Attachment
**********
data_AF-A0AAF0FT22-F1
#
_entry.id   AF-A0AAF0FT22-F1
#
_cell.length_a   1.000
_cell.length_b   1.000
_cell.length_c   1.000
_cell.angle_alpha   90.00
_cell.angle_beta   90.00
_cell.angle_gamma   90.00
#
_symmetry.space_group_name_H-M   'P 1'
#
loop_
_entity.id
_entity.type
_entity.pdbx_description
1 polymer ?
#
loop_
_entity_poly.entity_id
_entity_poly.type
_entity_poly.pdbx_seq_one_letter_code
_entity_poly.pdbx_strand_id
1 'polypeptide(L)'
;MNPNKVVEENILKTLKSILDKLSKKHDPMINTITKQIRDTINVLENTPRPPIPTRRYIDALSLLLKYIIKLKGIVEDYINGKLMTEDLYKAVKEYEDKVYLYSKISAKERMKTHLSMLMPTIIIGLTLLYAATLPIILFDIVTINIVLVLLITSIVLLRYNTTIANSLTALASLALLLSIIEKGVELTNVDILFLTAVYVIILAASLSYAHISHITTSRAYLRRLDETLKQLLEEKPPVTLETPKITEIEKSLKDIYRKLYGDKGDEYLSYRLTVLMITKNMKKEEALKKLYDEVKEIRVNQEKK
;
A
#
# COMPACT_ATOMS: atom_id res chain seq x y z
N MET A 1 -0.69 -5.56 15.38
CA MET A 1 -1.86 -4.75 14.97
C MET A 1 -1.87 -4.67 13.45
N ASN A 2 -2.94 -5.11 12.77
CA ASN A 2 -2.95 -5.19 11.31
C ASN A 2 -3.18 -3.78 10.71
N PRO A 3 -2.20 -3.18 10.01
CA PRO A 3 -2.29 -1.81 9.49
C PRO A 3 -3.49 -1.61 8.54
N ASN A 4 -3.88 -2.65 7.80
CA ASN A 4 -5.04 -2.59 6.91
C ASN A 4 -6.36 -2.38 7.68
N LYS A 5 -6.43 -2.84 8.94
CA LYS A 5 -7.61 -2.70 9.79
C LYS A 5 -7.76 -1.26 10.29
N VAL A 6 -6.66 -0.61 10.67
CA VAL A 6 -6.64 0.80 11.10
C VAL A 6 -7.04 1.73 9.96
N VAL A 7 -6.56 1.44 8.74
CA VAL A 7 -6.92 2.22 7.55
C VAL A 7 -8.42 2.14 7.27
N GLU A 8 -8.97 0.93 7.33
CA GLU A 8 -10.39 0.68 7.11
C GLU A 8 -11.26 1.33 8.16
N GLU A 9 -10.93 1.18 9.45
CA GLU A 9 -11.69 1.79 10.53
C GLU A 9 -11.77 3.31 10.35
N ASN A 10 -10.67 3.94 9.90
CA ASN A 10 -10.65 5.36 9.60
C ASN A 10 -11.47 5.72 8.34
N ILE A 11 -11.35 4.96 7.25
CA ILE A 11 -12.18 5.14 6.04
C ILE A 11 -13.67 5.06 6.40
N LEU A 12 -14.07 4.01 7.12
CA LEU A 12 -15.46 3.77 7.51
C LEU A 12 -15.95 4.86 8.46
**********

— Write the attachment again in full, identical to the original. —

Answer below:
data_AF-A0AAF0FT22-F1
#
_entry.id   AF-A0AAF0FT22-F1
#
_cell.length_a   1.000
_cell.length_b   1.000
_cell.length_c   1.000
_cell.angle_alpha   90.00
_cell.angle_beta   90.00
_cell.angle_gamma   90.00
#
_symmetry.space_group_name_H-M   'P 1'
#
loop_
_entity.id
_entity.type
_entity.pdbx_description
1 polymer ?
#
loop_
_entity_poly.entity_id
_entity_poly.type
_entity_poly.pdbx_seq_one_letter_code
_entity_poly.pdbx_strand_id
1 'polypeptide(L)'
;MNPNKVVEENILKTLKSILDKLSKKHDPMINTITKQIRDTINVLENTPRPPIPTRRYIDALSLLLKYIIKLKGIVEDYINGKLMTEDLYKAVKEYEDKVYLYSKISAKERMKTHLSMLMPTIIIGLTLLYAATLPIILFDIVTINIVLVLLITSIVLLRYNTTIANSLTALASLALLLSIIEKGVELTNVDILFLTAVYVIILAASLSYAHISHITTSRAYLRRLDETLKQLLEEKPPVTLETPKITEIEKSLKDIYRKLYGDKGDEYLSYRLTVLMITKNMKKEEALKKLYDEVKEIRVNQEKK
;
A
#
# COMPACT_ATOMS: atom_id res chain seq x y z
N MET A 1 -0.69 -5.56 15.38
CA MET A 1 -1.86 -4.75 14.97
C MET A 1 -1.87 -4.67 13.45
N ASN A 2 -2.94 -5.11 12.77
CA ASN A 2 -2.95 -5.19 11.31
C ASN A 2 -3.18 -3.78 10.71
N PRO A 3 -2.20 -3.18 10.01
CA PRO A 3 -2.29 -1.81 9.49
C PRO A 3 -3.49 -1.61 8.54
N ASN A 4 -3.88 -2.65 7.80
CA ASN A 4 -5.04 -2.59 6.91
C ASN A 4 -6.36 -2.38 7.68
N LYS A 5 -6.43 -2.84 8.94
CA LYS A 5 -7.61 -2.70 9.79
C LYS A 5 -7.76 -1.26 10.29
N VAL A 6 -6.66 -0.61 10.67
CA VAL A 6 -6.64 0.80 11.10
C VAL A 6 -7.04 1.73 9.96
N VAL A 7 -6.56 1.44 8.74
CA VAL A 7 -6.92 2.22 7.55
C VAL A 7 -8.42 2.14 7.27
N GLU A 8 -8.97 0.93 7.33
CA GLU A 8 -10.39 0.68 7.11
C GLU A 8 -11.26 1.33 8.16
N GLU A 9 -10.93 1.18 9.45
CA GLU A 9 -11.69 1.79 10.53
C GLU A 9 -11.77 3.31 10.35
N ASN A 10 -10.67 3.94 9.90
CA ASN A 10 -10.65 5.36 9.60
C ASN A 10 -11.47 5.72 8.34
N ILE A 11 -11.35 4.96 7.25
CA ILE A 11 -12.18 5.14 6.04
C ILE A 11 -13.67 5.06 6.40
N LEU A 12 -14.07 4.01 7.12
CA LEU A 12 -15.46 3.77 7.51
C LEU A 12 -15.95 4.86 8.46